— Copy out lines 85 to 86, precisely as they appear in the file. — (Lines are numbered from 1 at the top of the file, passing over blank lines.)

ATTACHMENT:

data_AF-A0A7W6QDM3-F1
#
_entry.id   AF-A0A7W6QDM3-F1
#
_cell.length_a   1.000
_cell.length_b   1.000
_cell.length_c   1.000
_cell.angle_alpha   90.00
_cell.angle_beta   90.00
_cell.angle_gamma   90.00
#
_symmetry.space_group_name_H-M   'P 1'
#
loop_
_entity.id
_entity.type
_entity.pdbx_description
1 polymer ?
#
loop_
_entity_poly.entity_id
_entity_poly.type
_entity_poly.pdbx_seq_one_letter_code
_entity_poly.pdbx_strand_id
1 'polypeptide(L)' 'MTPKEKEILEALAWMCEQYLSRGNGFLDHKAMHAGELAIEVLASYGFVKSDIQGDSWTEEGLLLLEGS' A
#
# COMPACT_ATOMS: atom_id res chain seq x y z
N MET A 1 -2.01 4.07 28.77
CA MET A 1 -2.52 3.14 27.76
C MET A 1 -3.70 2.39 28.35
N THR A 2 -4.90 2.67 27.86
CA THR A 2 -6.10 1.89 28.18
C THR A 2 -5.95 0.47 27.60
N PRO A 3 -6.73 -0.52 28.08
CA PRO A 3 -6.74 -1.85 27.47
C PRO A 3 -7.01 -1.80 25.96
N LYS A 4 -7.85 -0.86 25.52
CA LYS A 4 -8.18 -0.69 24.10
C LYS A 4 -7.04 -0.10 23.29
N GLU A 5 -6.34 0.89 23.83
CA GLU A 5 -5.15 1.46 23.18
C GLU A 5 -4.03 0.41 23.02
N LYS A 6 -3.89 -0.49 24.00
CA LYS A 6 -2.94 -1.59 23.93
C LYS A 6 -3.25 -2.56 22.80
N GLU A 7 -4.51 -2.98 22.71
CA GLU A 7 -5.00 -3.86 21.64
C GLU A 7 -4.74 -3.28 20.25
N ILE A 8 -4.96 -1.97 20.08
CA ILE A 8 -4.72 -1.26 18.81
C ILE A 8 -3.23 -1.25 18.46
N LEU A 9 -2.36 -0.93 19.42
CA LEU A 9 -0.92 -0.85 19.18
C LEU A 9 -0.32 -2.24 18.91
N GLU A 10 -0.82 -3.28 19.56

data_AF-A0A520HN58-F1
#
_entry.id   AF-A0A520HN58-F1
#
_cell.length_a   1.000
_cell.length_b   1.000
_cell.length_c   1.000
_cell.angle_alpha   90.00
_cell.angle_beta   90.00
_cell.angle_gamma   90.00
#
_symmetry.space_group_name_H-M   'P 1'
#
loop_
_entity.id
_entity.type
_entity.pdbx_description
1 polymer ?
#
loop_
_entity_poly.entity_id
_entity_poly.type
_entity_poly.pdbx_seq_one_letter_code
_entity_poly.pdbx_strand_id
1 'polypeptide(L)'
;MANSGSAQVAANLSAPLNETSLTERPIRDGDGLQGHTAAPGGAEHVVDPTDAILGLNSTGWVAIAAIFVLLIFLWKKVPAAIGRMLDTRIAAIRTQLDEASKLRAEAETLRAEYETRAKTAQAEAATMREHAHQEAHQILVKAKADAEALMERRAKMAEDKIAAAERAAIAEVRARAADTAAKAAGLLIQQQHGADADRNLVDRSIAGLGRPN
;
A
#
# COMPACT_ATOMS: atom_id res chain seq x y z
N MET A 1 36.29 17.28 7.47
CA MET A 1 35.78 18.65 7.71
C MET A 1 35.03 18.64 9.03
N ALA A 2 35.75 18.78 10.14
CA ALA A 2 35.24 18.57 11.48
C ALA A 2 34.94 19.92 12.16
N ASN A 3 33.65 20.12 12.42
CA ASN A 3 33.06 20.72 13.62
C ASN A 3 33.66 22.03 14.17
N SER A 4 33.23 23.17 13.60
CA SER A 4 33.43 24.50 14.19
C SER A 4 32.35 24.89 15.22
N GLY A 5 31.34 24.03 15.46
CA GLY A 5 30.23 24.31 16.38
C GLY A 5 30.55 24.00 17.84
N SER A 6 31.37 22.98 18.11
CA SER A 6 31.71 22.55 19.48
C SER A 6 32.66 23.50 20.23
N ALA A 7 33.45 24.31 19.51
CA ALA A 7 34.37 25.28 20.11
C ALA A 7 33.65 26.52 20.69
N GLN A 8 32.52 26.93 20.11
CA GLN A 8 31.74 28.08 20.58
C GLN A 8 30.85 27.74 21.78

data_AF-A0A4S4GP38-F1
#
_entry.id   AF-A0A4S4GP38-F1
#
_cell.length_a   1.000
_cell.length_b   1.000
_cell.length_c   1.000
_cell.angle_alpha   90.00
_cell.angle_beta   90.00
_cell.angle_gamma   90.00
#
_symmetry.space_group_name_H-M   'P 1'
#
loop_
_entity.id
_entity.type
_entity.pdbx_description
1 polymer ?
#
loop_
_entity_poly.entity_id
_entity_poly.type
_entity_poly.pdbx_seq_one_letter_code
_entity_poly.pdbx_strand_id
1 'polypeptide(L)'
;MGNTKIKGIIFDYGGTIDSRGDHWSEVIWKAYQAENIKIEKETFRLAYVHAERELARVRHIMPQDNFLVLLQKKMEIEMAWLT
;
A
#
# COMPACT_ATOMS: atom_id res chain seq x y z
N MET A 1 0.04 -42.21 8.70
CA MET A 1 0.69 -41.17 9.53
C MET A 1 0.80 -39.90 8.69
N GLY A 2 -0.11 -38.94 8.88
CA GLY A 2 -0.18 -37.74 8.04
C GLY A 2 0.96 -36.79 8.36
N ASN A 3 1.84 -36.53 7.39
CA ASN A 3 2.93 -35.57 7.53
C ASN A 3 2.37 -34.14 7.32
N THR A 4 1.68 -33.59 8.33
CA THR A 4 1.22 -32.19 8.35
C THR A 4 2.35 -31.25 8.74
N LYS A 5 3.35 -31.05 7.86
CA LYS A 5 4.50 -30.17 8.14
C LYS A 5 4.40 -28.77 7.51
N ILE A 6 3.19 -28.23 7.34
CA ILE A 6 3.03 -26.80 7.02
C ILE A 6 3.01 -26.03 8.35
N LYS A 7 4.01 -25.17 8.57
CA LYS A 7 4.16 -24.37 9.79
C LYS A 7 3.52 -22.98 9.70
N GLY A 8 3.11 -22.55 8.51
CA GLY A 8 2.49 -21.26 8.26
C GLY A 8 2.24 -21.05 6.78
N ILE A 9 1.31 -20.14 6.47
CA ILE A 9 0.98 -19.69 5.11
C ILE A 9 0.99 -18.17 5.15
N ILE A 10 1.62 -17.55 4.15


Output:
# COMPACT_ATOMS: atom_id res chain seq x y z
N MET A 1 36.29 17.28 7.47